Protesters chained themselves to the fence surrounding the headquarters of Poland's Border Guards and put barbed wire on top of the fence to protest the government's refusal to let in a group of illegal migrants, in Warsaw , Poland, Monday, Aug. 23, 2021. AP
The UN refugee agency on Tuesday urged Poland to take in a group of migrants believed to be from Iraq and Afghanistan who have been stranded on the border with Belarus for more than two weeks.
Thousands of migrants -- mostly from the Middle East -- have crossed the border from Belarus into the eastern EU states of Latvia, Lithuania and Poland in recent months.
Brussels believes the influx is being deliberately engineered by the regime in Minsk in retaliation against EU sanctions -- an accusation that Belarus denies -- and Poland has called it a "hybrid attack" on the bloc.
Poland has said it will not allow the migrants in, with Prime Minister Mateusz Morawiecki saying that this would be giving in to "blackmail" from Belarusian strongman Alexander Lukashenko.
Morawiecki insisted on Tuesday that the migrants "are on the Belarusian side of the border. Belarus is responsible for these groups".
"If someone on the Belarusian side wants to apply for refugee status, please do so in Minsk," he added.
Around 30 migrants have set up a makeshift encampment just inside Belarus near the Polish village of Usnarz Gorny between lines of Belarusian and Polish military personnel.
"We call on the Polish authorities to provide access to territory, immediate medical assistance, legal advice and psychological support to these people," Christine Goyer, UNHCR representative in Poland, said in a statement.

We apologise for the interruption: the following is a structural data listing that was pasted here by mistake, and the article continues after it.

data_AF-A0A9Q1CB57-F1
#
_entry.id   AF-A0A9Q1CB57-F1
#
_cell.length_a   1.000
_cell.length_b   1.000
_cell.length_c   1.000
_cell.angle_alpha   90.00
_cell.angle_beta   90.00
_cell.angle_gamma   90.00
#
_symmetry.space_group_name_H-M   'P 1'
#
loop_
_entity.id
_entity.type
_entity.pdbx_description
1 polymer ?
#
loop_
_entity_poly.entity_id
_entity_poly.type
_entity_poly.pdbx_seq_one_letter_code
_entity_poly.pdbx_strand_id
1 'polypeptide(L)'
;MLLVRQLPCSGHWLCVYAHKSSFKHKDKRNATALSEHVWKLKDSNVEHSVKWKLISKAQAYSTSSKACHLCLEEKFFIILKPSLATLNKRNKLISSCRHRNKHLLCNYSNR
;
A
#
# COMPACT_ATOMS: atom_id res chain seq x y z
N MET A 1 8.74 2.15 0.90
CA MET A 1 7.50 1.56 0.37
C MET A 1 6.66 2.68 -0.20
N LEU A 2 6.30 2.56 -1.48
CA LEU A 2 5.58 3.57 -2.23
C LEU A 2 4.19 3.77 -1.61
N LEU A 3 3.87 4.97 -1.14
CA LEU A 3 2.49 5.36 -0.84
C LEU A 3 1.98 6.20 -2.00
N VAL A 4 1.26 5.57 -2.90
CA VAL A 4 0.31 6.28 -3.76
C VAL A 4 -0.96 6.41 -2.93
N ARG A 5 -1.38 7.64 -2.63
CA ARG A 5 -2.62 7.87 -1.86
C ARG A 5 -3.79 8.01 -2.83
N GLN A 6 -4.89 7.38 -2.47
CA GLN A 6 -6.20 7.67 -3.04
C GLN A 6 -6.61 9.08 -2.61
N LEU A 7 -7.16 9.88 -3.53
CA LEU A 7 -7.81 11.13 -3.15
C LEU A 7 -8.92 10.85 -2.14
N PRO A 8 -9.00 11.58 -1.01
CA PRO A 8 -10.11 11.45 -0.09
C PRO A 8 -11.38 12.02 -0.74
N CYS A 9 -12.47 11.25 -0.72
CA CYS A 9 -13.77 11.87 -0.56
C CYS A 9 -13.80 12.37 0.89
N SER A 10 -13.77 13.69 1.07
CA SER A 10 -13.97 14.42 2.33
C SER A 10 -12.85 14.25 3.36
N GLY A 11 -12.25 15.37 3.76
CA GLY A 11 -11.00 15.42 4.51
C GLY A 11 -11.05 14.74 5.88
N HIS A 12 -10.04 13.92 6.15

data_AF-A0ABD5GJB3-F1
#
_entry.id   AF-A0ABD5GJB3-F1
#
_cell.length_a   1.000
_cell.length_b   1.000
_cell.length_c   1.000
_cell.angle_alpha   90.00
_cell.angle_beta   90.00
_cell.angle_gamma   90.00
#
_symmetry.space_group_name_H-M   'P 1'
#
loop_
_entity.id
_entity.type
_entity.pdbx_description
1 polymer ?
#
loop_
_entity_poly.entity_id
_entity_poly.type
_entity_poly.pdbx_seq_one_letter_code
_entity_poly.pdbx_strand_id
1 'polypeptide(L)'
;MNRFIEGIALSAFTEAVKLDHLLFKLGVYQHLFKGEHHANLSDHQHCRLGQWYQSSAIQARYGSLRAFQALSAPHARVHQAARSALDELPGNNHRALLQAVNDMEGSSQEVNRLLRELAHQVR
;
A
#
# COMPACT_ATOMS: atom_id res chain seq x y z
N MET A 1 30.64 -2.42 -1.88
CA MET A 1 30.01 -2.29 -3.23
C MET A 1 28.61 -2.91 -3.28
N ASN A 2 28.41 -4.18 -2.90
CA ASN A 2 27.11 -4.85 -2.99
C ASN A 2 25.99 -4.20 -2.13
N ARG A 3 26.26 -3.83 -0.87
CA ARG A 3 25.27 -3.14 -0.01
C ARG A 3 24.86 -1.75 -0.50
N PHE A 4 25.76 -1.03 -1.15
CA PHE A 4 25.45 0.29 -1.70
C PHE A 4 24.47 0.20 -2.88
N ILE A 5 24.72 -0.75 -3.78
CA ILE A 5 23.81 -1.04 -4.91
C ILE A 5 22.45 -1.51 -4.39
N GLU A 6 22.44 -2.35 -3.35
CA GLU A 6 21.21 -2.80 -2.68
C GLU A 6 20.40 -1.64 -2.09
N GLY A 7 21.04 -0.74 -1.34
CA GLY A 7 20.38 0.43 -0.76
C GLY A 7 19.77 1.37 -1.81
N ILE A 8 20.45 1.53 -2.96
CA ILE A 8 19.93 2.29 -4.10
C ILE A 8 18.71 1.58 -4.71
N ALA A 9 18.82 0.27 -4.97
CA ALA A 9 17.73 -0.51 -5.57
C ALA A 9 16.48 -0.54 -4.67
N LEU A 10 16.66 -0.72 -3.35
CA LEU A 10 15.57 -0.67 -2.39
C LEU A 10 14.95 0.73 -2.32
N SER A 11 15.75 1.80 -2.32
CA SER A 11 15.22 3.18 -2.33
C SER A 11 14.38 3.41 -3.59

"According to the 1951 Refugee Convention, to which Poland is signatory, people seeking asylum should never be penalised, even for irregular border crossing," Goyer said.
The UNHCR said it was "concerned by the alarming reports regarding a group of several dozens of people" at the border, adding that they were believed to be from Afghanistan and Iraq and may require medical attention and international protection.
The Polish government has announced its intention to build a 2.5-metre (8-feet) high barbed wire fence along a third of its border to prevent further arrivals, with work to begin in the next few days.
"States have the legitimate right to manage their borders in accordance with international law, however, they must also respect human rights, including the right to seek asylum," the UNHCR statement said.